I was taking a walk with my wife on the pavement of the main street of a small town in north India. We crossed the only church in the town and there was a big crowd of nicely dressed people, getting ready to attend the midnight mass. Outside, there were the usual vendors in any small town in India. People selling peanuts, golgappas and sweets. A guy carrying a bunch of brightly colored balloons was approaching us.
"Merry Christmas!", he said. We greeted him back and started looking at the balloons. I was a little curious and so, I asked,"Aapko pata hai Merry Christmas ka matlab?" (Do you know what Merry Christmas means?). He looked a little embarrased, "Pata hai sahib. Main Christian nahin hoon. Yeah mera tyohar nahin hain. Mujhe nahin bolna chahiye meri christmas." (I know Sahib. I am not a Christian. This is not my festival. I shouldn't say My Christmas).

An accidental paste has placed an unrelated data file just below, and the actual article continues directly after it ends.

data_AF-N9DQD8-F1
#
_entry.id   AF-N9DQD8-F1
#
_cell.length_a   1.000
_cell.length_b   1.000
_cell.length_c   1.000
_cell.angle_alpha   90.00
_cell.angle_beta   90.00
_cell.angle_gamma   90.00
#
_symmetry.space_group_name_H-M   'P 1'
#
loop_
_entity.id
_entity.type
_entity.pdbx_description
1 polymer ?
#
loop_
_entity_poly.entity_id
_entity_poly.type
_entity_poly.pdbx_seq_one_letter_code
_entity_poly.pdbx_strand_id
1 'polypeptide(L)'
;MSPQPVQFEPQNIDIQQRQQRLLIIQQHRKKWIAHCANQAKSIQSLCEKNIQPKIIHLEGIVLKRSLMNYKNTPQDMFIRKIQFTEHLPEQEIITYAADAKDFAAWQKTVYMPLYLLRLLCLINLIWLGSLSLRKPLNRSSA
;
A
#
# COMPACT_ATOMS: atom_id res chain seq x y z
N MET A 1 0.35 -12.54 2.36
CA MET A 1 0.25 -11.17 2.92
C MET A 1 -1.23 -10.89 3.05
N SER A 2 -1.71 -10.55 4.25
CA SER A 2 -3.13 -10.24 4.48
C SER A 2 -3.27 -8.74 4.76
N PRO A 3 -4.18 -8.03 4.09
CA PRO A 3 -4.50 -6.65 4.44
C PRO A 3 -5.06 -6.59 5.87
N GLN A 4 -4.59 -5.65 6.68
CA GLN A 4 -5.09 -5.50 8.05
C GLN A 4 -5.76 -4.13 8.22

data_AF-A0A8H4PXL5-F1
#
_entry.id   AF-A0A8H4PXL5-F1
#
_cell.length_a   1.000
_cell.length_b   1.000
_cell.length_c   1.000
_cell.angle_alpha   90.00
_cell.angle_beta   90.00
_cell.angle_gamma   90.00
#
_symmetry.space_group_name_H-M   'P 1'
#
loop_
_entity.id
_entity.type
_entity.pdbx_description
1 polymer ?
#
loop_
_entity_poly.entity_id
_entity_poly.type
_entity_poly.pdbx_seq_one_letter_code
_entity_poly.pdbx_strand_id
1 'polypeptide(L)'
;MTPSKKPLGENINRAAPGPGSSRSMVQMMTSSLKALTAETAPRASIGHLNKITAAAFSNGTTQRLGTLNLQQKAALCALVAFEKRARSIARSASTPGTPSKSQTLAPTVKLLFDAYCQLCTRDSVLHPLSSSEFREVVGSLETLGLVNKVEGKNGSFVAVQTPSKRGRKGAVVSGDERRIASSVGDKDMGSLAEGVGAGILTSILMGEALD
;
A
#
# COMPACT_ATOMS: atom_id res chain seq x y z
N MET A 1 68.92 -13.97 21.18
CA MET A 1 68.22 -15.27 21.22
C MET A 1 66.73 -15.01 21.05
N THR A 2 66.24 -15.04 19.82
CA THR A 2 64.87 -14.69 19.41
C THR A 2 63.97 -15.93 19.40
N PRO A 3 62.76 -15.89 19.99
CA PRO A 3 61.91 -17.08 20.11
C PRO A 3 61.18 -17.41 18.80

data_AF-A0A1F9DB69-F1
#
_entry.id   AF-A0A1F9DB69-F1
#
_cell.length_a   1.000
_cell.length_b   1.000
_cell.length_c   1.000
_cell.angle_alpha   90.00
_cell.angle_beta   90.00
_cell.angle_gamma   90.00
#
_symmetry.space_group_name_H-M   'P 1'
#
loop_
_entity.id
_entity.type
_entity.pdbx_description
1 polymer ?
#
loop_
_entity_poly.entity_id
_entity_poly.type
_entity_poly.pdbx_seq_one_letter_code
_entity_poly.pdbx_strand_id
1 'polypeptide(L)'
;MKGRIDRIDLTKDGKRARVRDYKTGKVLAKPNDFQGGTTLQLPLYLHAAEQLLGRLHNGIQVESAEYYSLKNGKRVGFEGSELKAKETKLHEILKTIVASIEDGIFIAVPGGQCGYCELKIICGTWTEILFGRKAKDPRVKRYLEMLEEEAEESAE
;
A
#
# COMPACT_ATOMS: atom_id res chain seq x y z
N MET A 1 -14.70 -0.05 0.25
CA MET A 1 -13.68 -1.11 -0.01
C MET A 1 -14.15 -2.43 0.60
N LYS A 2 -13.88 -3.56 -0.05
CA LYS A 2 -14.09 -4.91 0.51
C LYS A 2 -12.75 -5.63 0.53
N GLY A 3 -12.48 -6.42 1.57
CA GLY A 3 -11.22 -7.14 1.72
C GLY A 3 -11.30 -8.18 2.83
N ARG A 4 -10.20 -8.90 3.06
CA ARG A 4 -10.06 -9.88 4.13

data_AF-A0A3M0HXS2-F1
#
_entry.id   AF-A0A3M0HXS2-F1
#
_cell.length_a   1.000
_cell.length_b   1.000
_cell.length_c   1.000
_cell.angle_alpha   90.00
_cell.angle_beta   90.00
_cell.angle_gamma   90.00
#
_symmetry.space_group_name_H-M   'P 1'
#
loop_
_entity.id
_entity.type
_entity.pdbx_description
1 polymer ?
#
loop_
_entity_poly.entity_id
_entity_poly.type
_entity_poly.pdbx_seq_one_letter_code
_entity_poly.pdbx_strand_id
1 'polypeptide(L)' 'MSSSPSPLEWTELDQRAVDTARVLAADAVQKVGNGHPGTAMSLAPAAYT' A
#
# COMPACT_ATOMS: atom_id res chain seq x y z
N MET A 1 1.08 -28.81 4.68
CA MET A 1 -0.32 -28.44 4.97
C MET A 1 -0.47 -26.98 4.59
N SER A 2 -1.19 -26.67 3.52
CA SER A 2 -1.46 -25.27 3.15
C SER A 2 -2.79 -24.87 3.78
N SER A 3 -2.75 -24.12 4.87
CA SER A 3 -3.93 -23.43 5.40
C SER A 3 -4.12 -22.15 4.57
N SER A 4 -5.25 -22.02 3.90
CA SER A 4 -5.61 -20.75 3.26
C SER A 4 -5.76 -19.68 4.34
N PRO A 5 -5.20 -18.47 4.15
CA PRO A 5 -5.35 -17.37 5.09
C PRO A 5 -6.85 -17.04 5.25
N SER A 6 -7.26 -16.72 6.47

The Hindi word for My is Meri, which sounds very similar to Merry, as in Merry Christmas.
Me and my wife exchanged a very brief glance. I was feeling a little naughty. So, I suggested to him, "Tab, shayed aapko kahna chahiye, Teri Christmas." (Then may be, you should say your Christmas.) Teri refers to a slightly disrespectful form of "you", usually reserved for children and close friends. He smiled back, "Nahin Sahib, thodi izzat ke sath bolna chahiye". (No Sahib, we should speak with some respect).
We bought a few balloons and resumed our walk. Behind us, we could hear the balloon-man approaching the next customer. He was shouting, "Aap-ki Christmas! Aap-ki Christmas!"(Your Christmas! Your Christmas!). He was using the respectful form of "you". There were puzzled looks all around.
My wife was giving me one of her furious stares. I whispered, "It sort of sounds like Happy Christmas from here. I think he will do just fine".
To all of you, everywhere. In all languages. Merry Christmas!